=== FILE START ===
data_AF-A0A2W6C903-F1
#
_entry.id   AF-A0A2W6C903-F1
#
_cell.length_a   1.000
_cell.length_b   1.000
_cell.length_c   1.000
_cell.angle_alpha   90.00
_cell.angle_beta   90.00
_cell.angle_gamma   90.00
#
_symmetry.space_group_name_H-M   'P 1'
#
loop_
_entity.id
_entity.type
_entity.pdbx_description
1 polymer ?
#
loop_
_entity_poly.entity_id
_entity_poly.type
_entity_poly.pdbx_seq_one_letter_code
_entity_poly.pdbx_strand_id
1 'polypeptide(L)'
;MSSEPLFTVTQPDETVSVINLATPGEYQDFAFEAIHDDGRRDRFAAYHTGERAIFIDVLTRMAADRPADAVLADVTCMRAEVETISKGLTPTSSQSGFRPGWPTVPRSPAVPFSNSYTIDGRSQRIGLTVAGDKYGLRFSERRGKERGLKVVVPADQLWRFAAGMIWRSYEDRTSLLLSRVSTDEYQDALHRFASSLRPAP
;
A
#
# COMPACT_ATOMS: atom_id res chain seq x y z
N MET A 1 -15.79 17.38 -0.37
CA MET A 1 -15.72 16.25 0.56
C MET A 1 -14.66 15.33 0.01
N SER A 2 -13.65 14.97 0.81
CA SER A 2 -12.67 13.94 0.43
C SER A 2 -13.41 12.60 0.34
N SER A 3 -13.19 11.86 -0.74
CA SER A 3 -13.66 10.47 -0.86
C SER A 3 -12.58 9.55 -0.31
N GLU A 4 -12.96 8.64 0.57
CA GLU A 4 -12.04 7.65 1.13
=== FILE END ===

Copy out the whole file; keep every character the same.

data_AF-A0A2W6C903-F1
#
_entry.id   AF-A0A2W6C903-F1
#
_cell.length_a   1.000
_cell.length_b   1.000
_cell.length_c   1.000
_cell.angle_alpha   90.00
_cell.angle_beta   90.00
_cell.angle_gamma   90.00
#
_symmetry.space_group_name_H-M   'P 1'
#
loop_
_entity.id
_entity.type
_entity.pdbx_description
1 polymer ?
#
loop_
_entity_poly.entity_id
_entity_poly.type
_entity_poly.pdbx_seq_one_letter_code
_entity_poly.pdbx_strand_id
1 'polypeptide(L)'
;MSSEPLFTVTQPDETVSVINLATPGEYQDFAFEAIHDDGRRDRFAAYHTGERAIFIDVLTRMAADRPADAVLADVTCMRAEVETISKGLTPTSSQSGFRPGWPTVPRSPAVPFSNSYTIDGRSQRIGLTVAGDKYGLRFSERRGKERGLKVVVPADQLWRFAAGMIWRSYEDRTSLLLSRVSTDEYQDALHRFASSLRPAP
;
A
#
# COMPACT_ATOMS: atom_id res chain seq x y z
N MET A 1 -15.79 17.38 -0.37
CA MET A 1 -15.72 16.25 0.56
C MET A 1 -14.66 15.33 0.01
N SER A 2 -13.65 14.97 0.81
CA SER A 2 -12.67 13.94 0.43
C SER A 2 -13.41 12.60 0.34
N SER A 3 -13.19 11.86 -0.74
CA SER A 3 -13.66 10.47 -0.86
C SER A 3 -12.58 9.55 -0.31
N GLU A 4 -12.96 8.64 0.57
CA GLU A 4 -12.04 7.65 1.13